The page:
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Hunger: A Memoir of (My) Body

by Roxane Gay

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2,1891207,127 (4.21)105
Roxane Gay addresses the experience of living in a body that she calls 'wildly undisciplined.' She casts an insightful and critical eye over her childhood, teens, and twenties -- including the devastating act of violence that was a turning point at age 12 -- and brings readers into the present and the realities, pains, and joys of her daily life. With candor, vulnerability, and authority, Roxane explores what it means to be overweight in a time when the bigger you are, the less you are seen.… (more)
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» See also 105 mentions

English (118)  Italian (1)  All languages (119)
Showing 1-5 of 118 (next | show all)
Had been wanting to read this book for a long time, and although I've heard Roxane talk about it in interviews and podcasts, and am used to her writing through her substak newstetter, newspaper columns and essays, but her writing in this book is achingly vulnerable. ( )
  Acia | Feb 15, 2024 |
Poignant, painful, perfect. ( )
  bschweiger | Feb 4, 2024 |
I listened to this very well read/produced audiobook.

Gay's story is a nearly unbearable tale of being gang-raped as a child and what happened to her in the aftermath, mainly her becoming super morbidly obese. It is relentless in its close examination of the choices she has made, the things she had no control over, longing and loathing.

Gay is a brilliant writer, and this book is an important addition to the literature of "the body." ( )
  fmclellan | Jan 23, 2024 |
I have been reading Roxane Gay since she started writing her work advice column for the New York Times; I have been wanting to read her books for about that long but Hunger is the first I have read. It is a devastating account of her life and the pain she has endured. It is also extraordinarily well written and discrete while being brutally honest. ( )
  nmele | Jan 14, 2024 |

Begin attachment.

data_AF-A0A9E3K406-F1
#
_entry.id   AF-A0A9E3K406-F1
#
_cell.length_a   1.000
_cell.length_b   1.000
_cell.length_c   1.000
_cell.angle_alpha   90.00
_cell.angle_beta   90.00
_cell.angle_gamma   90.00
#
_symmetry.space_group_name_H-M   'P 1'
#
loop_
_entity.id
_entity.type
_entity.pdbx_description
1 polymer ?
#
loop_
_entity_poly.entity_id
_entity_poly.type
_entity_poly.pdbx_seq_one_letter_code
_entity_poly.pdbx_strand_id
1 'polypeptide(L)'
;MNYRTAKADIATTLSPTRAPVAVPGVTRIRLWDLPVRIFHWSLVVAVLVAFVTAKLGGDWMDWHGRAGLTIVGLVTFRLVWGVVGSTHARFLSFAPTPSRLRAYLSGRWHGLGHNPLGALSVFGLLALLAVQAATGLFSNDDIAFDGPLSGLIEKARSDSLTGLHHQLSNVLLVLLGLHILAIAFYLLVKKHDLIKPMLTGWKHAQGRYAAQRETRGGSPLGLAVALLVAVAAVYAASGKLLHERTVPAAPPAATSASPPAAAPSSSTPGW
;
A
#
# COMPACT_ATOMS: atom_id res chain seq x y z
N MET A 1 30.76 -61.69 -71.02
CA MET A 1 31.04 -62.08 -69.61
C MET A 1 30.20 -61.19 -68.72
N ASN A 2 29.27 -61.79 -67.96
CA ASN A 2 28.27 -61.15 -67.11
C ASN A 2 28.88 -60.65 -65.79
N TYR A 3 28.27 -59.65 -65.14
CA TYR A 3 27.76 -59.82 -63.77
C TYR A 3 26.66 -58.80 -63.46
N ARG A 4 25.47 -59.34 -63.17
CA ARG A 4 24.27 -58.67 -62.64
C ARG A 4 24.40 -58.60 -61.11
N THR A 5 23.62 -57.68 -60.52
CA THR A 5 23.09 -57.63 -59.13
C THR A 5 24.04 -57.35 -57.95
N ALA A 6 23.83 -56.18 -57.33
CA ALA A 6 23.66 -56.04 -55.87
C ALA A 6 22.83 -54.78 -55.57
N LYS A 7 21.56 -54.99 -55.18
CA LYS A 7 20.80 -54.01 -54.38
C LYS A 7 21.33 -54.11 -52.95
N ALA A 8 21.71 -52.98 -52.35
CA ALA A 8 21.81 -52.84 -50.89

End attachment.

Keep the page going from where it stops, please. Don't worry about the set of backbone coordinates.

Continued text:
If you are a person of size, you will see yourself in this book. You will see the frustration of living in a body that doesn't do what you want, but is trying its best. You will have empathy and compassion for Roxane, and maybe yourself. If you are not fat, this book offers insight into how it feels to live in a world that finds you awful. It is a hard story to read because it is so sad, but it's also hopeful and so very worth it. In some moments I cried, some moments I just wanted to slap people for being so cruel to Roxane. It also made me think of the things I went through in high school people can be so cruel. I want every single person to read this book. They will either learn something about society or themself. ( )
  b00kdarling87 | Jan 7, 2024 |
Showing 1-5 of 118 (next | show all)
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Epigraph
Dedication
for you, my sunshine, showing me what I no longer need and finding the way to my warm
First words
Every body has a story and a history.
Quotations
This is the reality of living in my body: I am trapped in a cage. The frustrating thing about cages is that you're trapped but you can see exactly what you want. You can reach out from the cage, but only so far.
My body is a cage. My body is a cage of my own making. I am still trying to figure out my way out of it. I have been trying to figure a way out of it for more than twenty years.
When I was twelve years old, I was raped.
So many years past being raped, I tell myself what happened is "in the past." This is only partly true. In too many ways, the past is still with me. The past is written on my body. I carry it every single day. The past sometimes feels like it might kill me. It is a very heavy burden.
Hating myself became as natural as breathing.
I ate and ate and ate at school. At home for breaks, I made a show of dieting (and continued eating everything I really wanted to eat, in secret). This double life of eating would become something that stayed with me well into adulthood. It lingers even now.
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Roxane Gay addresses the experience of living in a body that she calls 'wildly undisciplined.' She casts an insightful and critical eye over her childhood, teens, and twenties -- including the devastating act of violence that was a turning point at age 12 -- and brings readers into the present and the realities, pains, and joys of her daily life. With candor, vulnerability, and authority, Roxane explores what it means to be overweight in a time when the bigger you are, the less you are seen.

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